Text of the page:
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Daniel Kaniewski, PhDDaniel Kaniewski, PhD
Deputy Administrator, Resilience





Carlos J. CastilloCarlos J. Castillo
Associate Administrator, Resilience







FEMA Resilience aims to build a culture of preparedness through insurance, mitigation, preparedness, continuity, and grant programs. The organization includes the Federal Insurance and Mitigation Administration, Grant Programs Directorate, National Continuity Programs, and National Preparedness Directorate.

Continuity of Operations / Continuity of Government

Every day, individuals, organizations, communities, and governments provide critical services and perform essential functions upon which neighbors and citizens depend.  Continuity ensures that the whole community has a plan for the sustained performance of these services and functions when normal operations are disrupted.  Implementation of continuity principles ensures that organizations, communities, and governments are able to support citizens in time of need. FEMA also coordinates the planning, implementation, and execution of executive branch continuity programs in support of National Essential Function 1, preservation of our Constitutional Government.

Wireless Emergency AlertThe Wireless Emergency Alert (WEA) system sends a message through your mobile carrier. A message box will appear on your phone with a loud tone and vibration. This is different from a text message. Your phone number is not shared with anyone.WHAT KIND OF MESSAGES WILL I GET?Presidential AlertsMeant for use in a national emergency, and the only type of WEA alert that can be sent nationwide by FEMA.AMBER AlertsExtreme weather and other threatening emergenciesCan I opt out?By law, you can opt out of general Wireless Emergency Alerts, but not Presidential Alerts.The national WEA test has been postponed to the backup date of October 3, 2018 at 11:18 a.m. PDT.


A key element to fostering a culture of preparedness is closing the insurance gap, which is the difference between what is currently insured and what is insurable. There is no more important or valuable disaster recovery tool than insurance. This of course includes our country’s National Flood Insurance Program. However, it’s not just flood insurance; all types of insurance have a role to play in reducing financial risk for individuals, businesses, communities, and the nation.

Social graphic with a header that reads “1 inch of water can cause $25,000 of damage to your home” and “get flood insurance.” The image has the FEMA and NFIP logos.


Mitigation measures are taken to reduce loss of life and property by lessening the impact of disasters. Effective mitigation requires that we all understand local risks, address the hard choices, and invest in long-term community well-being. The National Institute of Building Sciences recently released a study that found, on average, $1 spent on federally funded mitigation grants saves the nation $6 in future disaster costs.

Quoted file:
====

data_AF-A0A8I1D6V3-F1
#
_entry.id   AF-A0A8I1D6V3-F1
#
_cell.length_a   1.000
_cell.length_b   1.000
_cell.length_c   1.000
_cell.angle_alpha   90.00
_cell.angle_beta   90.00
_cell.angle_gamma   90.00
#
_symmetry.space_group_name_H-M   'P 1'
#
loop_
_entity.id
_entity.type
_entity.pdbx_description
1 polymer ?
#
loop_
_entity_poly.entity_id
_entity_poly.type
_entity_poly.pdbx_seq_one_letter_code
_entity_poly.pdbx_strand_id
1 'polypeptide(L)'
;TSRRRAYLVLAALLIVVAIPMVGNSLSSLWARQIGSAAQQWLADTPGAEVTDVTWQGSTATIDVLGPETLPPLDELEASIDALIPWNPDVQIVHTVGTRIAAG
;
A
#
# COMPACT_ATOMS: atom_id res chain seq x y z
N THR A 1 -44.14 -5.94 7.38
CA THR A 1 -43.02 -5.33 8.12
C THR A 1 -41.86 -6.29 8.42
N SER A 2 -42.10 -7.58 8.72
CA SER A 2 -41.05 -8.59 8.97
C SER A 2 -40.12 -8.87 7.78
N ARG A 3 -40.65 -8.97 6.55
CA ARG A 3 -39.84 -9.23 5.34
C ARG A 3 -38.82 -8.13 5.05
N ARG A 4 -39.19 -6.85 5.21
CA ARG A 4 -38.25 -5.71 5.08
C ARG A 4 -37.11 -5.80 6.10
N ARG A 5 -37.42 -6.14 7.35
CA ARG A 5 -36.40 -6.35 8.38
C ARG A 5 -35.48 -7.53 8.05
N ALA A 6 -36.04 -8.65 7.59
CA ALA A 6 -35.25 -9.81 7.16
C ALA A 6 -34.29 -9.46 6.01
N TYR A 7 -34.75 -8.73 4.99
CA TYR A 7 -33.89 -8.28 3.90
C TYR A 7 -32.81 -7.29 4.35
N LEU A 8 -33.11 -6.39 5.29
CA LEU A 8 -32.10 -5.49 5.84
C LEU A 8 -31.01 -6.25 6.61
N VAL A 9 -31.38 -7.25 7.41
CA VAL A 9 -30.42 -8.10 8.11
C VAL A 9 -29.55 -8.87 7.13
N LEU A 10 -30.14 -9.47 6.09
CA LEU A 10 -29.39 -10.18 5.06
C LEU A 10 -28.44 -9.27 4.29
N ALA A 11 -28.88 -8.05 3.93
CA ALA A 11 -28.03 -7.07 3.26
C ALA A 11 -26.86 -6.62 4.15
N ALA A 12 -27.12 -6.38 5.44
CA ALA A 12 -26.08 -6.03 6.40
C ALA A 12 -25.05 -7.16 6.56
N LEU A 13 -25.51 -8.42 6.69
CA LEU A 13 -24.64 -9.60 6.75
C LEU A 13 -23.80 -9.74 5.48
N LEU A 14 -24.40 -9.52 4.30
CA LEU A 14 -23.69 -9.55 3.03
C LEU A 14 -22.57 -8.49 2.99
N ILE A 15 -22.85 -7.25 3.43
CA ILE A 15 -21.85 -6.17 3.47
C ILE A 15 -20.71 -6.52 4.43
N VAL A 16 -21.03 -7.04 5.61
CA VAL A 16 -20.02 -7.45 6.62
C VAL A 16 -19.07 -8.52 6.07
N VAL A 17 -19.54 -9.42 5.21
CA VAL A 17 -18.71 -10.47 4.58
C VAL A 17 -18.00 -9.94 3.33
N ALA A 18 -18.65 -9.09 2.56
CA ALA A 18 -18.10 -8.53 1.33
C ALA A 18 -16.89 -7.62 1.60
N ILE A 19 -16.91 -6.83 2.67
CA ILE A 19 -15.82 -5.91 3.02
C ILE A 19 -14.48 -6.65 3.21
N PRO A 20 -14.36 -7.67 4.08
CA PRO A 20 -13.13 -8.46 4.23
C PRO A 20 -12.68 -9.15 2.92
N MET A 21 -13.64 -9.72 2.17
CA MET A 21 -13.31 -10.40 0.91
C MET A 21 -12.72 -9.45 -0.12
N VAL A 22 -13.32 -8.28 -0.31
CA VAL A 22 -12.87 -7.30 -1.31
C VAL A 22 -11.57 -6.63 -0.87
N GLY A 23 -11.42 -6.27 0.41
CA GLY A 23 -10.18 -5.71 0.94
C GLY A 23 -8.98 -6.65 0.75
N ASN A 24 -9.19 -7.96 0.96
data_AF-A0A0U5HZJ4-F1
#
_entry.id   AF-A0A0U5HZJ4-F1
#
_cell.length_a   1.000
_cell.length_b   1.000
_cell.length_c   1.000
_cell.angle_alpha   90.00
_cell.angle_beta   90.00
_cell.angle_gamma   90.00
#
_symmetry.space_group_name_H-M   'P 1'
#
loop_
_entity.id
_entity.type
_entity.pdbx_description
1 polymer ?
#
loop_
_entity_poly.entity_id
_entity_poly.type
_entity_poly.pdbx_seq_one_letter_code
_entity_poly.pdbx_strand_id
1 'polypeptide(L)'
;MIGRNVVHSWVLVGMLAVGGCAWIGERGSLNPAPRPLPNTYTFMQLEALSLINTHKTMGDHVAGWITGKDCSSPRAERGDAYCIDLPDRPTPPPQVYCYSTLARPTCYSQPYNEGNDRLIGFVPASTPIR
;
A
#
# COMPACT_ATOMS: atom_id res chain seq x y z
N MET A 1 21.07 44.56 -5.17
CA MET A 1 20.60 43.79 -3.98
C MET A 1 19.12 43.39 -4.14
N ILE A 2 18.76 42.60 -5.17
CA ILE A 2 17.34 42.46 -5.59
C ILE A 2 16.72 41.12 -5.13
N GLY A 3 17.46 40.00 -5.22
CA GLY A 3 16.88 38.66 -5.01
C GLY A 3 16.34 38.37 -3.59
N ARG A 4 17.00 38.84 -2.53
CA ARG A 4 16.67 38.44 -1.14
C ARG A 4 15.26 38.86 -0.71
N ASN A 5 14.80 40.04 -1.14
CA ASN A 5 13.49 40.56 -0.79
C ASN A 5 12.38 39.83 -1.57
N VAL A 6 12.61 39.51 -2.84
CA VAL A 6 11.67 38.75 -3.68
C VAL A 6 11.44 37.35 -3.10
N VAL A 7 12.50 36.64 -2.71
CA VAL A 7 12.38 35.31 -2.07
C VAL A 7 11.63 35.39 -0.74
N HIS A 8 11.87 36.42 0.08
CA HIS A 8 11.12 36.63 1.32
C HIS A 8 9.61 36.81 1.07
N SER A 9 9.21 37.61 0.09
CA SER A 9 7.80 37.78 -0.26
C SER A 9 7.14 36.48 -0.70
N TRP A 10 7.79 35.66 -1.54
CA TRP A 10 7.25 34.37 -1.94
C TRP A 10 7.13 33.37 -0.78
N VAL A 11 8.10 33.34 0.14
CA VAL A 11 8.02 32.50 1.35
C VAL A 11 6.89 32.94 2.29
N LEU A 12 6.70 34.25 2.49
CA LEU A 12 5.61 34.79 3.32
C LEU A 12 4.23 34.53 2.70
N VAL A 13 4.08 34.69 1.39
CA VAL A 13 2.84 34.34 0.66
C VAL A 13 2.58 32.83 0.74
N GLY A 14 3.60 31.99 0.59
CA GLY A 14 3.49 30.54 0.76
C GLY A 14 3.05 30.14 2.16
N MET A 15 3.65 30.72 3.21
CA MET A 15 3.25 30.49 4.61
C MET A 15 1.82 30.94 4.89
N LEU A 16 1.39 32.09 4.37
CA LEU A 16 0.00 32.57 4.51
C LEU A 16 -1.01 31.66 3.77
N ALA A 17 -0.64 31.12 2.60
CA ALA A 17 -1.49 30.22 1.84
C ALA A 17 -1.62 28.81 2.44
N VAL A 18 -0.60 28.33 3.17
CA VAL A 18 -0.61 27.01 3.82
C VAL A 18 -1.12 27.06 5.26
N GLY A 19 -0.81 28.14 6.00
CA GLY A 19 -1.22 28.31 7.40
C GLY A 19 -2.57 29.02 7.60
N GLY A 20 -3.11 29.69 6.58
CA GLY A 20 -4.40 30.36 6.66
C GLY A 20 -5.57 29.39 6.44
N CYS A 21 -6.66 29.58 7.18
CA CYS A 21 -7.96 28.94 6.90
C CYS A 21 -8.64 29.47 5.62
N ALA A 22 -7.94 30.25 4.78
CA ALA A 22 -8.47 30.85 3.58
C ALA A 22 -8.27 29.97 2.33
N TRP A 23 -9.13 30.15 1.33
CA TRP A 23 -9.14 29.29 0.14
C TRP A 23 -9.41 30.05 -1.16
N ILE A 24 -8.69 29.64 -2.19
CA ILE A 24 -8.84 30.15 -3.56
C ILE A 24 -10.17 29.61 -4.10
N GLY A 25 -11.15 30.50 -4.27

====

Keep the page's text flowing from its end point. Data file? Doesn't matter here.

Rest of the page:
Sea Bright, N.J., Feb. 20, 2013 -- After receiving damages from Hurricane Sandy, this homeowner is currently elevating the family home. Elevation is one of the best ways to protect your family and home against damages inflicted by floods. Rosanna Arias/FEMA Photo by Rosanna Arias - Feb 19, 2013 - Location: Sea Bright, NJ


The National Preparedness Goal defines what it means for the whole community to be prepared for all types of disasters and emergencies: “A secure and resilient nation with the capabilities required across the whole community to prevent, protect against, mitigate, respond to, and recover from the threats and hazards that pose the greatest risk.” FEMA preparedness activities includes planning guidance, doctrine, technical assistance, training, exercises, individual and community preparedness, assessments and lessons learned, technological hazards, and counterterrorism programs.

 Ready Houston Photo by Jessica Stapf - Feb 11, 2012

Preparedness Grants

FEMA provides grants to prepare state, local, tribal, and territorial governments and first responders, as well as ports, transit systems, and non-profit organizations to protect, prevent, respond to, and recover from a variety of man-made and natural disasters.  Preparedness Grants allow these entities to support building and maintaining live saving capabilities in advance of a catastrophic event such as planning, equipment purchase, training, conducting exercises, personnel costs, operational costs, etc.  FEMA issues an average of $2.5 billion a year in preparedness grants.

Pendleton, Oreg., March 16, 2002 -- Members of the Confederated Tribes of the Umatilla Indian Reservation Haz-Mat teams respond to a simulated tanker spill during the Comprehensive Haz-Mat Emergency Response Capability Assessment Program (CHERCAP) exercise. Photo by Mike Howard/ FEMA News Photo Photo by Mike Howard - Mar 15, 2002 - Location: Pendleton, OR

Last Updated: 
11/28/2018 - 10:36